Thursday, June 23, 2011

A profile in perseverance and National Wrestling Hall of Famer

By Ernie Clark, BDN Staff

Bob McPhee was a talented enough high school wrestler to pin a European junior champion from Austria during an exchange meet in the summer of 1976.
But only a few weeks later during a scrimmage before his senior season of football at Rumford High School, the undersized defensive lineman went to make a tackle like he had done hundreds of times before — only this time it was different.
While McPhee got up after the play, he never recovered. He soon lost feeling in his legs, and eventually he fell into a coma for 17 days. He ultimately was diagnosed with a brain stem injury that has left him unable to walk or talk ever since.
“He’s been living with this 24/7 since 1976 without ever walking or speaking,” said Jerry Perkins of Orrington, McPhee’s high school coach. “And he never complains.”
Flash forward nearly 35 years, to the recent induction ceremonies of the National Wrestling Hall of Fame at the Oklahoma State University Alumni Center.
As the other 300 people on hand rose to their feet for a standing ovation, the 52-year-old McPhee remained in his wheelchair.
Not because he couldn’t rise himself, but because this ovation was for him — as one of that hall of fame’s newest inductees and the 2011 recipient of its Medal of Courage.
It was a fitting tribute, for McPhee’s life has been one of perseverance few among us could ever imagine.
After enduring three years of rehabilitation in the aftermath of his injury, McPhee enrolled at the University of Maine, from where he graduated with a journalism degree in 1984.
Since then he’s been a fixture on the western Maine sports scene as a writer for the Rumford Falls-Times, Lewiston Sun Journal and several online publications. Aided by former high school teammate Larry Gill and communicating through a device called the “Liberator” that includes a keypad to help generate a computerized voice, the Dixfield resident has carved out a successful career, particularly when it comes to his coverage of high school wrestling.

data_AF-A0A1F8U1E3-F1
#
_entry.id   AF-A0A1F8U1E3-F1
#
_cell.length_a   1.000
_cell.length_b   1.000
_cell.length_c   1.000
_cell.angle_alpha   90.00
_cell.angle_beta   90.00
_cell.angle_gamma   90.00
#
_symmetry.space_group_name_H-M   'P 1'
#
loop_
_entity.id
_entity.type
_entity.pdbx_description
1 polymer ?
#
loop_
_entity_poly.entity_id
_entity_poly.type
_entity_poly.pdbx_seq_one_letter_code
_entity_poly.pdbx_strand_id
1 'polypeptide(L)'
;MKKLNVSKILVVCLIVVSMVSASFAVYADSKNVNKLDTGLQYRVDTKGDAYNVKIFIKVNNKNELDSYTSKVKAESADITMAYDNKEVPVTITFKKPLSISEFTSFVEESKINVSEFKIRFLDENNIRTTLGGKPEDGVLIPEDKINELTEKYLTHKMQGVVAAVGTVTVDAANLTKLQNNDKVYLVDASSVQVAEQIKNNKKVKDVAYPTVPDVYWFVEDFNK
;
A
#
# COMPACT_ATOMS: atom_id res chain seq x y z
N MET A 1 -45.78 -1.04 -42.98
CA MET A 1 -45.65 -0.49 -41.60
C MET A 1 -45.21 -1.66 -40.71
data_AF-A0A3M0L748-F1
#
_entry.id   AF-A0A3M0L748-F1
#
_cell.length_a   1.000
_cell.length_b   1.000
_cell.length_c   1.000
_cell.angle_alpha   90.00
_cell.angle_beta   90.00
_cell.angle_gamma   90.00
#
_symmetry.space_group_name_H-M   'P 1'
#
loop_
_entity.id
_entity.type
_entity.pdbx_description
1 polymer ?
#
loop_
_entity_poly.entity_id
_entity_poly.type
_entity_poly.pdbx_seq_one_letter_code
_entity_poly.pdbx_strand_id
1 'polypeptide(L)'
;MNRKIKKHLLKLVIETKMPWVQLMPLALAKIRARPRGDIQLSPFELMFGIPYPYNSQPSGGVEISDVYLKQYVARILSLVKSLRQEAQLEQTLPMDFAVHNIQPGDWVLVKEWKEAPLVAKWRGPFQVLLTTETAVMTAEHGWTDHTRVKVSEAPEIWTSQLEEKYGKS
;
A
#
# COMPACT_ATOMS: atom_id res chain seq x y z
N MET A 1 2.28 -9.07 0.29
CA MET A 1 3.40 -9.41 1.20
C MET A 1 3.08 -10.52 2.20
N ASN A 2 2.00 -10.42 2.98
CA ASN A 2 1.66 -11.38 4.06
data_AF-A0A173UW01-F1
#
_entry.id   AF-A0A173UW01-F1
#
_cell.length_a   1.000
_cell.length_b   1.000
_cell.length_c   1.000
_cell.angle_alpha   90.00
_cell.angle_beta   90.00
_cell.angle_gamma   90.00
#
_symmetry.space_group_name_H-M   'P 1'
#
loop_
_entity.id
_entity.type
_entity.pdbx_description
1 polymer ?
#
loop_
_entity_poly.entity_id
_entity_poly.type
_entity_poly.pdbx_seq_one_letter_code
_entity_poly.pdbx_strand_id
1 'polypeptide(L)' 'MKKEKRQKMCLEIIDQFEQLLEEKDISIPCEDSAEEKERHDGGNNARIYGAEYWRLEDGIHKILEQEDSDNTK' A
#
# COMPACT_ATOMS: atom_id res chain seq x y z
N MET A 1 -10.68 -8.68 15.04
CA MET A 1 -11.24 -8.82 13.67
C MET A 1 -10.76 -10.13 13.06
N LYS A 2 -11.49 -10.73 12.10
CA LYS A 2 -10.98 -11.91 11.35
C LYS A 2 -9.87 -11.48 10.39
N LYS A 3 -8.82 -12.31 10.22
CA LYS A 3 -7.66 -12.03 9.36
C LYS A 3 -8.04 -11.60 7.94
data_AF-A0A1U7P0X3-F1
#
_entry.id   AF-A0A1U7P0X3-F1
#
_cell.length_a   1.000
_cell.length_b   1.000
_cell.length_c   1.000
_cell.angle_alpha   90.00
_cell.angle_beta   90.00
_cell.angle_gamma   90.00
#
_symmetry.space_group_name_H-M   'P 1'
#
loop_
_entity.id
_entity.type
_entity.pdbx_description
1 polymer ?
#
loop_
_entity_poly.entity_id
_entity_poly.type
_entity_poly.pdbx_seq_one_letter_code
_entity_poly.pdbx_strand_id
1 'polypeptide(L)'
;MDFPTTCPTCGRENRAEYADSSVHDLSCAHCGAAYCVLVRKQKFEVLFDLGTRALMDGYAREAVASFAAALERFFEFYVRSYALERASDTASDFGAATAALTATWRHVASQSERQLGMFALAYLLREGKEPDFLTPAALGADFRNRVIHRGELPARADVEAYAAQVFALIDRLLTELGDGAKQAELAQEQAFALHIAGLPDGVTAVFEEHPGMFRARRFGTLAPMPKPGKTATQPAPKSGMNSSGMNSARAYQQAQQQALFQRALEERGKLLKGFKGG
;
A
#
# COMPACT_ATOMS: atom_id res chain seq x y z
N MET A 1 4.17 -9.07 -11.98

“I truly enjoy the competition and being able to recognize the student-athletes,” wrote McPhee in an e-mail. “They are the newsmakers, not I. I am just fortunate to write it.”
McPhee also has authored a book whose title — “It Could Be Worse: The Rest of the Story” — reflects his attitude toward coping with the lot life has dealt him.
But while McPhee is matter-of-fact about his situation, his extended family — particularly those within the wrestling community — continue to marvel at how he has overcome the obstacles in his way to live life as normally as possible.
Wrestling people know about discipline and sacrifice, and in McPhee they see more than a mere role model. So when he needed about $1,500 to make the trip to Stillwater, Okla., for his induction ceremony, his friends raised more than $6,000.
“This guy’s a hero in every sense of the word,” said Perkins, who joined McPhee in Oklahoma. “He inspires me every day.”
And McPhee’s message to the gathering was not surprising.
“I spoke to the crowd that I’m no different than any one else and simply living life,” he wrote. “People have said they don’t believe they could have gone on if faced with a similar situation. I disagree because human beings are capable of accomplishing extraordinary things.
“But remember to take a look around because there’s always someone worse off.”

Thursday, June 9, 2011

High School MVP Profiles

click image to enlarge
click image to enlarge
Jacob Powers of Camden Hills earned his coach's praise for his work ethic and intends to continue wrestling in college.
Joe Phelan/Kennebec Journal

A Camden Hills senior, Powers went 33-0 and claimed his second consecutive Class B championship at 160 pounds.
Powers won outstanding wrestler of the meet awards at the Redskin Invitational in Sanford, the Kennebec Valley Athletic Conference championships and the Maine All-Star tournament. He intends to continue wrestling at Division I Lock Haven University in Pennsylvania.
"He's a really dedicated kid to the sport," Camden Hills Coach Levi Rollins said. "Every morning, he came in at six o'clock and practiced and got in shape before school. Then he came to practice every day after school and put his best effort in." 
A total of 28 athletes will be honored at our annual banquet on June 19, when our male and female athletes of the year will be announced.